CTBR/Psychology Department Seminar: Modeling Two Aspects of Neuropsychiatric Disorders: Impaired Cognitive Flexibility and Maladaptive Food Intake
Nesha S. Burghardt, PhD
Division of Integrative Neuroscience
Abstract: Exposure to stressful life events is known to impact the onset and course of neuropsychiatric disorders. We are interested in the mechanisms by which stress affects the neural circuits that underlie both the emotional symptoms and cognitive impairments associated with mood and anxiety disorders. Rodent studies have established that chronic exposure to stress leads to multiple changes within the hippocampus, including a decrease in the ability to generate new neurons in adulthood. We investigated a role for adult hippocampal neurogenesis in cognitive flexibility, which is a cognitive function that is impaired in patients with a variety of neuropsychiatric disorders. Using two independent methods of ablating adult neurogenesis and variants of the active place avoidance paradigm to model cognitive flexibility in mice, we found that removal of adult-born cells leads to a specific impairment in the ability to flexibly adapt to a change in contingencies. Our work suggests that medications aimed at upregulating neurogenesis may improve cognitive flexibility in patients, potentially altering the course of their disorder. In a related line of research, we are using a rodent model of anorexia nervosa to investigate how the stress of extreme malnutrition and weight loss during adolescence affects cognitive flexibility and the development of anxiety in adulthood. Activity-based anorexia is a model that involves combining limited access to food with unlimited access to a running wheel. As animals lose weight, they exhibit an increase in running wheel activity, which models excessive exercise reported by the majority of individuals with anorexia nervosa. Although the availability of food is restricted (1-2 hours), mice have the opportunity to consume an unlimited amount of food during that time. Their failure to eat enough to accommodate their increase in energy expenditure leads to significant weight loss, which is comparable to self-starvation exhibited by individuals with anorexia nervosa. Without experimenter intervention, some strains of mice will run themselves to death within a few days. In addition to evaluating the long-term effects of this early life stressor on development, we are testing genetically engineered mice in the activity-based anorexia model to uncover the mechanisms underlying vulnerability to this understudied disorder.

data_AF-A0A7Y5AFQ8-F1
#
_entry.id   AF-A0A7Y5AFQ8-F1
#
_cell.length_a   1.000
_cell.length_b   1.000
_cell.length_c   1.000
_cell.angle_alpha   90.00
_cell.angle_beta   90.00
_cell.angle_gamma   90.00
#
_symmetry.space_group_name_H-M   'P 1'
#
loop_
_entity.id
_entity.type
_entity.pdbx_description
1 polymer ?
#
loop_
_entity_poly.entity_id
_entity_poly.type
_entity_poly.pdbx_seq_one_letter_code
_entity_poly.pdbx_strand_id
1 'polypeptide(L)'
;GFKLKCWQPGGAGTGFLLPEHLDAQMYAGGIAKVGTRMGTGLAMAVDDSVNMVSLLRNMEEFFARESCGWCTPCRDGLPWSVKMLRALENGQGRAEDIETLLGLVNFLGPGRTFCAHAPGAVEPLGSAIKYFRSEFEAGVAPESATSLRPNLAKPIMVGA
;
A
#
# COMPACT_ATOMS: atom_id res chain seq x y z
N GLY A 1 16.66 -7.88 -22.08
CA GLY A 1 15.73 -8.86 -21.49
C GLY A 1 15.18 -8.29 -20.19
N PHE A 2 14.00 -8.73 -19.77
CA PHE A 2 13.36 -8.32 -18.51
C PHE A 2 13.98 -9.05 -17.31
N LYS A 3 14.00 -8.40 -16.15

Refreshments will be served!
Supported by the National Institute on Minority Health and Health Disparities, National Institutes of Health - 8 G12 MD007599-27
Psychology Conference Room 612HN
Denise Charles (CTBR) dc674 (at) hunter (dot) cuny (dot) edu